Source: Socialist Republic of Vietnam
According to the World Health Organisation (WHO), with its currently backward health system and limited financial resources, the “Black Continent” will be the next hot spot on the world’s COVID-19 crisis map. Meanwhile, in a worst-case scenario, the WHO estimates that the number of malaria deaths in sub-Saharan Africa may reach 769,000 this year.
To date, Africa has identified more than 30,300 COVID-19 infection cases and about 1,400 deaths. Compared to other epicentres like the US, Europe or China, Africa is still considered the least affected area by the COVID-19 epidemic. However, WHO stressed that the above figures do not fully outline the potential risk of the COVID-19 threat on the “Black Continent”. It also warned of serious and unpredictable risks hidden in the COVID-19 outbreak in Africa.
According to UN statistics, with a population of 1.3 billion people, the continent currently needs 74 million COVID-19 test kits and 30,000 ventilators just for this year’s fight against the epidemic. However, 41 countries in Africa currently have only 2,000 ventilators and up to 10 have absolutely no ventilators at all. In addition, many health facilities are lacking in specialised hospital beds with equipment dedicated for COVID-19 patients, as well as masks, gloves and protective clothing for medical staff and doctors. The WHO said that the number of hospital beds in Africa is nearly five per one million people, a huge difference from nearly 4,000 beds per one million people in Europe.
Africa has for long had to import more than 90% of medicines and medical equipment. However, due to the disease plague, more than 70 countries around the world have restricted their export of medical supplies and equipment. In addition, countries have closed their borders or suspended air traffic. This situation has disrupted the global supply chain, making access to and import of medical equipment extremely difficult, and even “impossible” for many African countries. They can only rely on help from WHO or international relief organisations. In addition, in the disadvantaged and developing countries in Africa, there is a serious shortage of health workers. The ratio of doctors to population in Africa is among the lowest in the world, averaging one doctor per 1,000 people, while this figure in the European Union (EU) is about 37 doctors per 1,000 people.
For Africa, the situation is much more serious in areas where conflicts are taking place, or in locales where food shortages and malnourished children are “chronic illnesses”, and in areas that need year-round international emergency relief to protect them from famine. Even in the absence of the COVID-19 pandemic, there is a constant struggle with many other common diseases, including malaria, in many other places.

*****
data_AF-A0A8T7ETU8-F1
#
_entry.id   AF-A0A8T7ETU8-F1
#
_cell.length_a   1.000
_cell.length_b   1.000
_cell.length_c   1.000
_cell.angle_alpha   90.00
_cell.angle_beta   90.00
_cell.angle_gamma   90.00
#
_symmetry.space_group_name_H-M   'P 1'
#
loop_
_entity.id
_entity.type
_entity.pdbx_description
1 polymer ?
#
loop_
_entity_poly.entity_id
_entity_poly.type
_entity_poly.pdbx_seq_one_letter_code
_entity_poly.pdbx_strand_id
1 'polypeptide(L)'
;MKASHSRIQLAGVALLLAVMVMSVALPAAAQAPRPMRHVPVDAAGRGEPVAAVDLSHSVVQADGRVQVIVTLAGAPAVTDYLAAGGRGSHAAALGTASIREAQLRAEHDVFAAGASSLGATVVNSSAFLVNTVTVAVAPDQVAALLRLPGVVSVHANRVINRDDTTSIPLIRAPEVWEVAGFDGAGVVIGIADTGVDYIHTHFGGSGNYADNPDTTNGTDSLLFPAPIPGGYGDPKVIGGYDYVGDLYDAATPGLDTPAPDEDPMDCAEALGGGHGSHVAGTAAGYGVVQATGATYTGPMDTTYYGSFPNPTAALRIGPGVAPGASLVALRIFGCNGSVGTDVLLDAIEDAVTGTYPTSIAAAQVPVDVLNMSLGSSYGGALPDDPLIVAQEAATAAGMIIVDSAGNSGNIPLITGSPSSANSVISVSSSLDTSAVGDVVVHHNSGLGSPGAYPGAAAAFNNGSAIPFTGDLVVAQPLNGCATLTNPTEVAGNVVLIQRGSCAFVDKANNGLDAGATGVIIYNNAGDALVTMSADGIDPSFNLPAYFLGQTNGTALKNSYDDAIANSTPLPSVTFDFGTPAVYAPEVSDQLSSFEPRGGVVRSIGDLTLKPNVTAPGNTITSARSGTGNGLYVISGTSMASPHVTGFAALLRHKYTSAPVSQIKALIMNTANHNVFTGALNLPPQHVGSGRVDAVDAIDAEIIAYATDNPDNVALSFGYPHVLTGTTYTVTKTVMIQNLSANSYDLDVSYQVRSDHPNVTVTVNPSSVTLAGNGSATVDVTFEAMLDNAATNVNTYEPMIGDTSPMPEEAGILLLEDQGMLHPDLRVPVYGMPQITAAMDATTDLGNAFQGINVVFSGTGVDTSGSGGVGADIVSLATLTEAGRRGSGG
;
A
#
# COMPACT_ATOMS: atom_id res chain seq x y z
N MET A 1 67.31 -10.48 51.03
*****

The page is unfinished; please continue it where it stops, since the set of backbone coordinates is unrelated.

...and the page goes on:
The WHO warned that in a worst-case scenario, the number of malaria deaths in Africa this year is likely to double compared to last year and could reach 769,000 in the sub-Saharan region alone. The reason is that the health systems in disadvantaged countries in this region are struggling to cope with the COVID-19 epidemic, thus reducing their focus on other more established diseases like malaria. The WHO stated that if all the mosquito net distribution campaigns were delayed and the supply of effective anti-malaria drugs decreased by 75%, the number of deaths from malaria would rise to its highest level in 20 years, reversing the achievements in the global fight against malaria over the past 10 years.
In 2018, the world confirmed an additional 228 million cases of malaria in 89 countries and 405,000 deaths, showing no decrease since 2015. The Sub-Saharan region accounted for 93% of infected cases and 94% of deaths due to malaria. Given this situation, the two basic goals under the Global Technical Strategy for Malaria 2016-2030 as set by WHO, include reducing malaria morbidity and mortality by at least 40% by 2020, are certainly not realistic, while the goal of reducing the number of new cases and deaths by 90% by 2030 is at high risk of being missed.
The Africa Centres for Disease Control and Prevention (ACDC) warned that the COVID-19 epidemic could cause a double crisis in the continent, covering health, economics and security. According to the ACDC, the international community has not yet acted adequately as needed to assist African countries in coping with the disease threat. The WHO estimated that if there is no early attempt to contain the spread of COVID-19, the number of infected cases in Africa could skyrocket to 10 million within the next three to six months, with at least 300,000 dying from the illness. Moreover, tens of millions people would be pushed into extreme poverty, with lasting catastrophic consequences. This requires strong, swift action by local governments before it is too late. Africa once again needs the support of the international community so that the “Black Continent” is not left behind in the fight against the “invisible enemy” of the whole world.